Role of bacterial surface structures on the interaction of Klebsiella pneumoniae with phagocytes
Acceso abierto / Sarbide irekia
Artículo / Artikulua
Versión publicada / Argitaratu den bertsioa
Phagocytosis is a key process of the immune system. The human pathogen Klebsiella pneumoniae is a well known example of a pathogen highly resistant to phagocytosis. A wealth of evidence demonstrates that the capsule polysaccharide (CPS) plays a crucial role in resistance to phagocytosis. The amoeba Dictyostelium discoideum shares with mammalian macrophages the ability to phagocytose and kill b ... [++]
Phagocytosis is a key process of the immune system. The human pathogen Klebsiella pneumoniae is a well known example of a pathogen highly resistant to phagocytosis. A wealth of evidence demonstrates that the capsule polysaccharide (CPS) plays a crucial role in resistance to phagocytosis. The amoeba Dictyostelium discoideum shares with mammalian macrophages the ability to phagocytose and kill bacteria. The fact that K. pneumoniae is ubiquitous in nature and, therefore, should avoid predation by amoebae, poses the question whether K. pneumoniae employs similar means to counteract amoebae and mammalian phagocytes. Here we developed an assay to evaluate K. pneumoniae-D. discoideum interaction. The richness of the growth medium affected the threshold at which the cps mutant was permissive for Dictyostelium and only at lower nutrient concentrations the cps mutant was susceptible to predation by amoebae. Given the critical role of bacterial surface elements on host-pathogen interactions, we explored the possible contribution of the lipopolysaccharide (LPS) and outer membrane proteins (OMPs) to combat phagoyctosis by D. discoideum. We uncover that, in addition to the CPS, the LPS O-polysaccharide and the first core sugar participate in Klebsiella resistance to predation by D. discoideum. K. pneumoniae LPS lipid A decorations are also necessary to avoid predation by amoebae although PagP-dependent palmitoylation plays a more important role than the lipid A modification with aminoarabinose. Mutants lacking OMPs OmpA or OmpK36 were also permissive for D. discoideium growth. Except the LPS O-polysaccharide mutants, all mutants were more susceptible to phagocytosis by mouse alveolar macrophages. Finally, we found a correlation between virulence, using the pneumonia mouse model, and resistance to phagocytosis. Altogether, this work reveals novel K. pneumoniae determinants involved in resistance to phagocytosis and supports the notion that Dictyostelium amoebae might be useful as host model to measure K. pneumoniae virulence and not only phagocytosis. [--]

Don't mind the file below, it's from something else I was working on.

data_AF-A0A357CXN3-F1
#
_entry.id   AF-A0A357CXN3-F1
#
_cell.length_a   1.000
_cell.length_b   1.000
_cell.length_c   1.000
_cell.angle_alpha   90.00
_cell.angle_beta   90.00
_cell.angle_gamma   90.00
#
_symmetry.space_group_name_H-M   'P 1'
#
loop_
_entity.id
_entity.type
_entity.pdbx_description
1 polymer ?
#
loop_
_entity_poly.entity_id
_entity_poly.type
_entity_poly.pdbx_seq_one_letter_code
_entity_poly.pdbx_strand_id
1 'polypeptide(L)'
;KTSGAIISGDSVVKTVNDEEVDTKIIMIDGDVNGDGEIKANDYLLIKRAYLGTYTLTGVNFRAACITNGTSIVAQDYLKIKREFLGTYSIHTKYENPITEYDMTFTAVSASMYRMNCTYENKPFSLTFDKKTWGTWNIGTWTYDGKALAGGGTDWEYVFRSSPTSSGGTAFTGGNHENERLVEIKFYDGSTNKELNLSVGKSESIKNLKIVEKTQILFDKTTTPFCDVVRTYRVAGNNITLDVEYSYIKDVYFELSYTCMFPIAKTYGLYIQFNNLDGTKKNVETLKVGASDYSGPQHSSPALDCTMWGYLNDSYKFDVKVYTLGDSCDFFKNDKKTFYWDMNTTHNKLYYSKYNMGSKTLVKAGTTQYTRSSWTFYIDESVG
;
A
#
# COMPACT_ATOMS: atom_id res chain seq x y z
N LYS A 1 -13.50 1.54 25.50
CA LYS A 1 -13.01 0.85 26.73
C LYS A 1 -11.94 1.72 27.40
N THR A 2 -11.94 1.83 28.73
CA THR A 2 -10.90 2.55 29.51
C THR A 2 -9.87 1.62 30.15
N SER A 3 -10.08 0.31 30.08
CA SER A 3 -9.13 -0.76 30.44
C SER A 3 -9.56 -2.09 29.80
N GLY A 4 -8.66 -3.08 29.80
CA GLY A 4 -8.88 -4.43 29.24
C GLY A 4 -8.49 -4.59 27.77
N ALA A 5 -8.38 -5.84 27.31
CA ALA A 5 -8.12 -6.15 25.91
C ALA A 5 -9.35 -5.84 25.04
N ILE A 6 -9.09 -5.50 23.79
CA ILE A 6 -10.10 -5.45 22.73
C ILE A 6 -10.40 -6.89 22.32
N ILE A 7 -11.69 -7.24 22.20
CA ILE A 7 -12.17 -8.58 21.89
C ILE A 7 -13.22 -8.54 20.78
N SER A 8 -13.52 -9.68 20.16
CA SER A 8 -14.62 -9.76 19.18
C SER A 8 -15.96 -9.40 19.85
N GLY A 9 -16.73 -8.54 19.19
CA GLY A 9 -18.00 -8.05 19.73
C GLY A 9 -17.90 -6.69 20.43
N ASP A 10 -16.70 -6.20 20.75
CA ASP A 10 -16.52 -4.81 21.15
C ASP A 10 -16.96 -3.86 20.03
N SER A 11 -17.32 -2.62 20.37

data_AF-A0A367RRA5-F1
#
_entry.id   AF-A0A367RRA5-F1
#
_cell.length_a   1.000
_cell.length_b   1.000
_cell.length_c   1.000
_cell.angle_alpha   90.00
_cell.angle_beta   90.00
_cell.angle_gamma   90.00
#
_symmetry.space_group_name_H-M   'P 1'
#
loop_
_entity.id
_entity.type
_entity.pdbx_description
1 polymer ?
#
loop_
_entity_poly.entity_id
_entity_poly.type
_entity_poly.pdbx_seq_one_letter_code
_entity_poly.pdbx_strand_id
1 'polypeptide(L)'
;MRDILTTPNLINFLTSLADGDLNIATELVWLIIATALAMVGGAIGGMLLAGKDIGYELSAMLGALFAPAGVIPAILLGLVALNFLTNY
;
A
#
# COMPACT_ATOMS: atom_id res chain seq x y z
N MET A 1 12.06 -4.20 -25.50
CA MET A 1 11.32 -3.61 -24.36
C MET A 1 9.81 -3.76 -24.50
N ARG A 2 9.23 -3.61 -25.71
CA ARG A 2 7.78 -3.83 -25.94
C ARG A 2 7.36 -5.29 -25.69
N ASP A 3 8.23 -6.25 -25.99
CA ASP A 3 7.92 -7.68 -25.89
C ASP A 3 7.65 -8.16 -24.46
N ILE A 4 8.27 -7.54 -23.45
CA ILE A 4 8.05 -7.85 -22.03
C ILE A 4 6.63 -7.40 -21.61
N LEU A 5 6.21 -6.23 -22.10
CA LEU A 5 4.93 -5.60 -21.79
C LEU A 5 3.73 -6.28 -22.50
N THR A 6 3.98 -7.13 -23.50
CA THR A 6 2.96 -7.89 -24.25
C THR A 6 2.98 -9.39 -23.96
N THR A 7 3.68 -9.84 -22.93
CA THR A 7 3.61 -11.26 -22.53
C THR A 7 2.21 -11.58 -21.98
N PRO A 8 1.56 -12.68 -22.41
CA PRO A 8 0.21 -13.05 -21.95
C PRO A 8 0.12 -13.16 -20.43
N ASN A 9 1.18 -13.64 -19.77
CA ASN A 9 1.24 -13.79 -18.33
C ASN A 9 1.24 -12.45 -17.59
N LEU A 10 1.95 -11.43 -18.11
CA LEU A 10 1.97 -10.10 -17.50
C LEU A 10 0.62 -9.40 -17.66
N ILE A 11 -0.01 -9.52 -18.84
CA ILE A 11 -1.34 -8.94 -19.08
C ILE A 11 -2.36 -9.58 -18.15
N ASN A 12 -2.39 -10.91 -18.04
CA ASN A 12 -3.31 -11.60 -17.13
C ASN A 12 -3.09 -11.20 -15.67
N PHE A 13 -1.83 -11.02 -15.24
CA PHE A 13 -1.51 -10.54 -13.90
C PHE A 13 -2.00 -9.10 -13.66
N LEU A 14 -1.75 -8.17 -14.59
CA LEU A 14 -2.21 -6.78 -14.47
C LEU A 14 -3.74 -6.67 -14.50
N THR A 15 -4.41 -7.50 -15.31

Public Library of Science
Plos One, 8(2): e56847
IdAB – Instituto de Agrobiotecnología / Agrobioteknologiako Institutua
Part of this work was supported by Ministerio de Economía y Competitividad (Spain) and from Generalitat de Catalunya (Centre de Referencia en Biotecnologia) grants to J.M.T.; by grants from Biomedicine Program (SAF2009-07885; Ministerio de Economía y Competitividad) and SEPAR (Sociedad Española de Neumología, project reference 068/2011) to J.A.B. The laboratory of Microbial Pathogenesis is supported by a grant to Competitive groups (project reference 46/2011) from Govern Illes Balears (co-funded by European Regional Development Fund).
Appears in Collections
Items in Academica-e are protected by copyright with all rights reserved, unless otherwise noted.
Except where otherwise noted, this item's license is described as © 2013 March et al. This is an open-access article distributed under the terms of the Creative Commons Attribution License, which permits unrestricted use, distribution, and reproduction in any medium, provided the original author and source are credited.